Patriarchy within the UUA has not died. Nor is it in its death throes, nor is it even in the process of dying. All these years I’ve been going to political rallies and hearing people assert that all oppressions are linked. So guess what: patriarchy and white supremacy are linked. We cannot talk about one without talking about the other.

As a minister of religious education — that is to say, as someone who is doing “women’s work,” because taking care of children is not “real ministry,” it’s just “women’s ministry” — I can tell you that patriarchy is alive and well in the UUA. Sunday school enrollment has been dropping since 2005, even though demographically there are more and more children out there. Why? Sunday school enrollment has been dropping because in the UUA as a whole, and in most individual congregations, when money gets tight we pull resources away from children and youth ministry so that we adequately pay the patriarchal positions — the president of the UUA, the senior denominational positions, the parish minister.

We do this both because of patriarchy, and also because of white supremacy. In much of the U.S., non-white children are now the majority. If we adequately fund children’s ministries, we might bring more kids into our congregations. If we do that, not only are we saying that “women’s work” is important, we are also opening the doors to a lot of non-white people. Both these things are equally threatening. Patriarchy and white supremacy die hard.

I know, you’re sick of hearing me rant. OK, I’m off my soap box now. And I promise to reduce my ranting in the future, because the last thing we need is another rant from yet another white man.

Women and organized religion

Last summer, Barna Research Group released a report in which they examined trends in 14 different religious variables for the period 1991-2011. One of their more interesting findings was that women, long the majority in many congregations, have been dropping out of organized religion:

Church attendance among women sank by 11 percentage points since 1991, declining to 44%. A majority of women no longer attend church services during a typical week. [Link to report.]

A year earlier, Jim Henderson, an evangelical Christian author and minister, had contracted with Barna Group to conduct a survey of how self-described “Christian” women who attended church regularly felt about their experience of church. The vast majority of those women felt satisfied with their church, with their church’s leadership, and with their church’s views of women.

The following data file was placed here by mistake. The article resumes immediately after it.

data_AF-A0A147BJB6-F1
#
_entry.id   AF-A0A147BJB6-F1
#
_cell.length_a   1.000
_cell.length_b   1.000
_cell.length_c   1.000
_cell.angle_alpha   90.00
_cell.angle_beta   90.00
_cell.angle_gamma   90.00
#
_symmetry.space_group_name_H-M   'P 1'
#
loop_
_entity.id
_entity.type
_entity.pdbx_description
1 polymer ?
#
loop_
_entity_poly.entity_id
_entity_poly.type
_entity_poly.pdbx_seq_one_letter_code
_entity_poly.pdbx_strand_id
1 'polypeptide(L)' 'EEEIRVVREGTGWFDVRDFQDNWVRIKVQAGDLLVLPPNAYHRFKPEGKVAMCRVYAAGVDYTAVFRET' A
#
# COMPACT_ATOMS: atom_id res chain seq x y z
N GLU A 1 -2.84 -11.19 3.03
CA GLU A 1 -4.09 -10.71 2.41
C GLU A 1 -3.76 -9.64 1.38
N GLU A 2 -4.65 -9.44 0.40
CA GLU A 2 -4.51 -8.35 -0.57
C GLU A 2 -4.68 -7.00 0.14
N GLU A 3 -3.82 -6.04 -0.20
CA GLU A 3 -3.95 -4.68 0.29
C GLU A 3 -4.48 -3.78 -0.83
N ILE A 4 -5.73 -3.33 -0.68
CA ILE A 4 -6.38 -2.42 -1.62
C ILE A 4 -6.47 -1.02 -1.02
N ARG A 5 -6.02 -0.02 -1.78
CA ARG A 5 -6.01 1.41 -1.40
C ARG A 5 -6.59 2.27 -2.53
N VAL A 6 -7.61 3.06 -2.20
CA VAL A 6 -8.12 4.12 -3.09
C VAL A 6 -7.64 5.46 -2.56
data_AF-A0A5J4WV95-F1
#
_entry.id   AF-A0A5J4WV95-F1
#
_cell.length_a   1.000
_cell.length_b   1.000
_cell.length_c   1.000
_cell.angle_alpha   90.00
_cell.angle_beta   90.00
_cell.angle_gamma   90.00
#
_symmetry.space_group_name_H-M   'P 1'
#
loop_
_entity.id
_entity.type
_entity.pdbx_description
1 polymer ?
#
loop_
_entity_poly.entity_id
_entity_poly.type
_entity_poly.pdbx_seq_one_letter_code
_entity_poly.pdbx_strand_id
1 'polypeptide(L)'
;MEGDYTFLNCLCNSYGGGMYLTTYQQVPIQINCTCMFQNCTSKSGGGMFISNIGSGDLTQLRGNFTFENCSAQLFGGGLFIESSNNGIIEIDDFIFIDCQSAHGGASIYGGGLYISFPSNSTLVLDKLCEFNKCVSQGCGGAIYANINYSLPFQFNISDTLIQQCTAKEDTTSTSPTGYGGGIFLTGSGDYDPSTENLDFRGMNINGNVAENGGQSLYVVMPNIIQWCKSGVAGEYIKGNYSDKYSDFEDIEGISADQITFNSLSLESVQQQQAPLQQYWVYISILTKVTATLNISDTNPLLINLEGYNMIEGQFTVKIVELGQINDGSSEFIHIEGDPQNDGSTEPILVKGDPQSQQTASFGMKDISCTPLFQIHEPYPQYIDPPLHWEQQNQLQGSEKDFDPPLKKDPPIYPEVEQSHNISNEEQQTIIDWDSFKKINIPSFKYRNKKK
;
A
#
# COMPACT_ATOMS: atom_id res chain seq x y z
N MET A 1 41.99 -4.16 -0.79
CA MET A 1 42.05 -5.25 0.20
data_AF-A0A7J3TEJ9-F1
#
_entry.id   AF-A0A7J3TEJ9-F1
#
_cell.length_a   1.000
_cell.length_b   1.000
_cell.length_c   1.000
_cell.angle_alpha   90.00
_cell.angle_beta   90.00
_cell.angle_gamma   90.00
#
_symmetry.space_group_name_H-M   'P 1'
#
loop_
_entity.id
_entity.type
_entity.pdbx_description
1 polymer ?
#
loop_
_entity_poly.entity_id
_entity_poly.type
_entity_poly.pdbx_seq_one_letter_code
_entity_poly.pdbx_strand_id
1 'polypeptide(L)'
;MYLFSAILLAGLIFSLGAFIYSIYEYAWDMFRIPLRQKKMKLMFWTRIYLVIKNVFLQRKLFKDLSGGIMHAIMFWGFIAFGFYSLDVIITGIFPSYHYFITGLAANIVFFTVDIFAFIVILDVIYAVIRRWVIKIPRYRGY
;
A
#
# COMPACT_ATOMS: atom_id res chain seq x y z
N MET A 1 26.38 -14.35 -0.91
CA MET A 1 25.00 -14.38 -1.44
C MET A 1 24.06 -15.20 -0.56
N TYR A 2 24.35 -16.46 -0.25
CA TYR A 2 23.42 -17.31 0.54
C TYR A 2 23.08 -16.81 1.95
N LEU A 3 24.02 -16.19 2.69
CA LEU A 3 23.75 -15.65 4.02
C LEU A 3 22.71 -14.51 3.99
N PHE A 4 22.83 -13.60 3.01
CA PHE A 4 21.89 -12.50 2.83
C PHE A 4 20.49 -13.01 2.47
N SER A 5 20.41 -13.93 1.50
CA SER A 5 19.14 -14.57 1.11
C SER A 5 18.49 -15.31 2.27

It sure looks like the self-described Christian women who go to church regularly like their churches. But Henderson asked himself why so many other women were leaving church. According to a Washington Post report on his new book, The Resignation of Eve, Henderson came to a logical conclusion: women in Christian churches are getting increasingly disillusioned by the sexism that’s all too common in those churches:

In [The Resignation of Eve], the author, an evangelical minister named Jim Henderson, argues that unless the male leaders of conservative Christian churches do some serious soul-searching — pronto — the women who have always sustained those churches with their time, sweat and cash will leave. In droves. And they won’t come back. Their children, traditionally brought to church by their mothers, will thus join the growing numbers of Americans who call themselves “un-churched.”

Never mind that the Bible talks about women submitting to men and sitting silently in church, Henderson declaims. That’s ancient history. “Until those with power (men) decide to give it away to those who lack it (women), I believe we will continue to misrepresent Jesus’ heart and mar the beauty of his Kingdom,” Henderson writes.

Henderson bolsters his argument with data from the Barna Research Group…. And although the Barna data have been disputed by other researchers, Henderson goes further. Even those women who go to church regularly, he says, are really only half there: Their discontent keeps them from engaging fully with the project of being Christian. He calls this malaise among women “a spiritual brain drain.”

I wouldn’t expect many of those Christian women to transfer to their local Unitarian Universalist congregation. Instead, I would expect them to join the growing ranks of Americans who are “spiritual but not religious” — i.e., those who have religious leanings but who stay away from organized religion.

However, all this does lead me to believe that we need to continue the feminist revolution that has stalled within Unitarian Universalism. While most of our ministers are now women, men still get the majority of the prestigious, well-paid jobs in the biggest congregations; and while I can’t find any hard data to back this up, I’m inclined to believe the average female minister makes less than the average male minister. Furthermore, the vast majority of professional religious educators are women, who are most often part-time and poorly paid. I think it would be wise for us to correct the existing gender inequities within Unitarian Universalism before we start alienating Unitarian Universalist women and men.

REA Conference, part six

“Diversity and Neuroscience” was the title of the fifth plenary session of the annual conference of the Religious Education Association (REA). Moderator Harold Horell introduced the panel discussion with two questions:

— What are the implications of neuroscience for the field of religious education? — and
— How did the presentations and conversations address the racially and ethnically diverse constituencies of the Religious Education Association?

Claire Smith of Saint Paul School of Theology was the first panelist to speak. “I found in this conference an awareness of the issues of diversity,” she said, “and a concern to include all.” She gave several specific examples, e.g., the recognition of native peoples in the opening ritual.

While there was a general awareness of diversity issues within the REA, Smith offered two cautions.

First, much of the brain research we have is provisional, and “we should not treat it as gospel.” In spite of this caution, Smith said that there is much that comes out of this research that are important for our work as religious educators. Continue reading “REA Conference, part six”